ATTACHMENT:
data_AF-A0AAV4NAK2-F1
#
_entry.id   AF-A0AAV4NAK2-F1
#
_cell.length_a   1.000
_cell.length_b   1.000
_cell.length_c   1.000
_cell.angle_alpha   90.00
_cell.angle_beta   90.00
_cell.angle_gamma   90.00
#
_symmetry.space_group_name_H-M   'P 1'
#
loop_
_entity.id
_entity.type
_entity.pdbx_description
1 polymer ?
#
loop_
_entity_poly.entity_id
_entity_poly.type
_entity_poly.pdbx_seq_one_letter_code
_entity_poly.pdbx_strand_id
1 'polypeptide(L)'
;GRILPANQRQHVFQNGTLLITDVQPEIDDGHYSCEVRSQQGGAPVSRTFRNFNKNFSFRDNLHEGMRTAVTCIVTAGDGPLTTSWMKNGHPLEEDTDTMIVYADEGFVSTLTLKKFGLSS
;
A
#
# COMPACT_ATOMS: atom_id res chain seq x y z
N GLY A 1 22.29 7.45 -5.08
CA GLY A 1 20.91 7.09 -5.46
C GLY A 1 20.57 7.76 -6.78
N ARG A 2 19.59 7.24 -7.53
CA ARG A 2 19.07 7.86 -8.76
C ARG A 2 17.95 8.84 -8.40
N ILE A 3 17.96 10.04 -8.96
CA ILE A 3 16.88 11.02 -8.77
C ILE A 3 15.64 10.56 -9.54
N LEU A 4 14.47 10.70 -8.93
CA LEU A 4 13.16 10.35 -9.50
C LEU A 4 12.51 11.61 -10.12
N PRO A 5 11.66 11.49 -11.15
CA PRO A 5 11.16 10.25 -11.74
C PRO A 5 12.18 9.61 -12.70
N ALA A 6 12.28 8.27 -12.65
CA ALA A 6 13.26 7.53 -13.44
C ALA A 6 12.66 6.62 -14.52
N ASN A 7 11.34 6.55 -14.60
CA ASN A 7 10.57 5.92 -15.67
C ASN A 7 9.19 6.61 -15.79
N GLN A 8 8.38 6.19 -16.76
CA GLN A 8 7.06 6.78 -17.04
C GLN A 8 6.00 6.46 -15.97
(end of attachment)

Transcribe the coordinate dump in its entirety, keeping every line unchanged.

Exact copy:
data_AF-A0AAV4NAK2-F1
#
_entry.id   AF-A0AAV4NAK2-F1
#
_cell.length_a   1.000
_cell.length_b   1.000
_cell.length_c   1.000
_cell.angle_alpha   90.00
_cell.angle_beta   90.00
_cell.angle_gamma   90.00
#
_symmetry.space_group_name_H-M   'P 1'
#
loop_
_entity.id
_entity.type
_entity.pdbx_description
1 polymer ?
#
loop_
_entity_poly.entity_id
_entity_poly.type
_entity_poly.pdbx_seq_one_letter_code
_entity_poly.pdbx_strand_id
1 'polypeptide(L)'
;GRILPANQRQHVFQNGTLLITDVQPEIDDGHYSCEVRSQQGGAPVSRTFRNFNKNFSFRDNLHEGMRTAVTCIVTAGDGPLTTSWMKNGHPLEEDTDTMIVYADEGFVSTLTLKKFGLSS
;
A
#
# COMPACT_ATOMS: atom_id res chain seq x y z
N GLY A 1 22.29 7.45 -5.08
CA GLY A 1 20.91 7.09 -5.46
C GLY A 1 20.57 7.76 -6.78
N ARG A 2 19.59 7.24 -7.53
CA ARG A 2 19.07 7.86 -8.76
C ARG A 2 17.95 8.84 -8.40
N ILE A 3 17.96 10.04 -8.96
CA ILE A 3 16.88 11.02 -8.77
C ILE A 3 15.64 10.56 -9.54
N LEU A 4 14.47 10.70 -8.93
CA LEU A 4 13.16 10.35 -9.50
C LEU A 4 12.51 11.61 -10.12
N PRO A 5 11.66 11.49 -11.15
CA PRO A 5 11.16 10.25 -11.74
C PRO A 5 12.18 9.61 -12.70
N ALA A 6 12.28 8.27 -12.65
CA ALA A 6 13.26 7.53 -13.44
C ALA A 6 12.66 6.62 -14.52
N ASN A 7 11.34 6.55 -14.60
CA ASN A 7 10.57 5.92 -15.67
C ASN A 7 9.19 6.61 -15.79
N GLN A 8 8.38 6.19 -16.76
CA GLN A 8 7.06 6.78 -17.04
C GLN A 8 6.00 6.46 -15.97